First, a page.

January 5th, 2010
Our sweet landlady made us lunch. After that I went to the hospital, the whole story is below. We had a date night eating out (Karjam loved the food at the restaurant I chose), then we watched "Tron: Legacy" which was good, but not so good that I understand why some friends have seen it several times. Special effects were great, but there wasn't a whole lot of story.
January 6th, 2010
Went to Incheon and back.
January 7th, 2010
I have foreign insurance, Fulbright required I get it (and told me which company) before leaving for Korea. I had to show proof of insurance, seriously. Which is unfortunate since the Korean gov't insurance is the best.
I've been to Severance Hospital often; they honor my insurance completely (after one phone call the first time I went there, to the insurance company). I don't like Severance much, but it's been convenient, both not to mess with insurance stuff and money and because the location is good for me.
Dealing with my ear I have been trying to suffer through a different problem, hoping it would just go away and a bit ashamed to complain to the doctors about -another- issue. But Wednesday I was in so much pain I finally went to Severance to at least see if my own assessment was correct, and if there was anything else I could do. Unfortunately no specialist could see me till Tuesday (despite what they said on the phone before I left my house), so I went to SNU Hospital, it's one of the three largest in town, with a great reputation, and is closer than Samsung Hospital, the last of the three. The doctor took one look and confidently told me I needed outpatient surgery. With my pain level through the roof, I agreed and we scheduled it for Friday. (I seriously told him "8, 9, whatever time you get here, I can be here").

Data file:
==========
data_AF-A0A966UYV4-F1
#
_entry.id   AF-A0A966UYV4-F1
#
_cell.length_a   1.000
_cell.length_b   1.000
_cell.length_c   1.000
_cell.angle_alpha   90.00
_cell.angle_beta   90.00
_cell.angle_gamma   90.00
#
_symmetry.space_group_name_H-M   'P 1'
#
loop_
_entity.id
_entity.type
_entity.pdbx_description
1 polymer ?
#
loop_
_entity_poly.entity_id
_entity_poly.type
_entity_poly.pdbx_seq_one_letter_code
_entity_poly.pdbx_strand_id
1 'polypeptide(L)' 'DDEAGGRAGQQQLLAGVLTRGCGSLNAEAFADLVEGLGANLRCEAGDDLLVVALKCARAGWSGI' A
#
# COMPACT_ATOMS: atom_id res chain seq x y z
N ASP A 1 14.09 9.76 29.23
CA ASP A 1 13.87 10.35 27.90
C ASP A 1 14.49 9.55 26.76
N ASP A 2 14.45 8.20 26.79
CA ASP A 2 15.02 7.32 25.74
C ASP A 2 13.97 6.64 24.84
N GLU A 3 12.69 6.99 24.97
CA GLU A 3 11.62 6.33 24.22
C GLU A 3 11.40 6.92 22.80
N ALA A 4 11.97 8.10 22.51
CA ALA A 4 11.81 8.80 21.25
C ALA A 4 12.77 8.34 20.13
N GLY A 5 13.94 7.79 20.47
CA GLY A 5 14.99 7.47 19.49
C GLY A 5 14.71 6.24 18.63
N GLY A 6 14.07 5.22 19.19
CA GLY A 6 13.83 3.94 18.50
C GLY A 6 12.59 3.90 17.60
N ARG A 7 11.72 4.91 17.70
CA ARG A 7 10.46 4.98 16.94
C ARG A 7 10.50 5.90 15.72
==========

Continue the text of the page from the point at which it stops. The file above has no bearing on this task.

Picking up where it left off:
The International Health Care Center people at the hospital (because foreigners without Korean insurance in particular, but non-Korean speakers in general go through the International Health Care Center) told me that with a "guarantee of payment" letter from the insurance company it'd be fine, and I was told it would run a little under 1,000 USD for my procedure. The guarantee was necessary because they claimed they'd never worked with my company (Seven Corners) before. I called the company and at first the company wanted to see a doctor's letter about the procedure and my medical records, as well as a cost estimate, but finally seeing as how it's not that expensive a surgery, the company sent the letter on Thursday midday. (To get the doctor's letter was impossible on such short notice; he only goes to SNU hospital twice a week).
When I got to the hospital Friday morning the International Health Care Center people claimed not to have gotten the letter, I sent it again (I'd been cc:ed) and left the Int'l Center for my surgery. Which was hella painful. Like incredibly. The local anesthetic worked but I had to get three shots, very sensitive and painful going in). Also since I've never gotten surgery before, I was scared to pieces. My arms were shaking the entire time, I couldn't even begin to relax. After the surgery I received instructions that makes me worried about my upcoming intensive classes—if I can't do proper post-surgery care, how can I be sure the surgery will work? Esp. the second class, starting on the 16th, will be in a facility with no hot running water.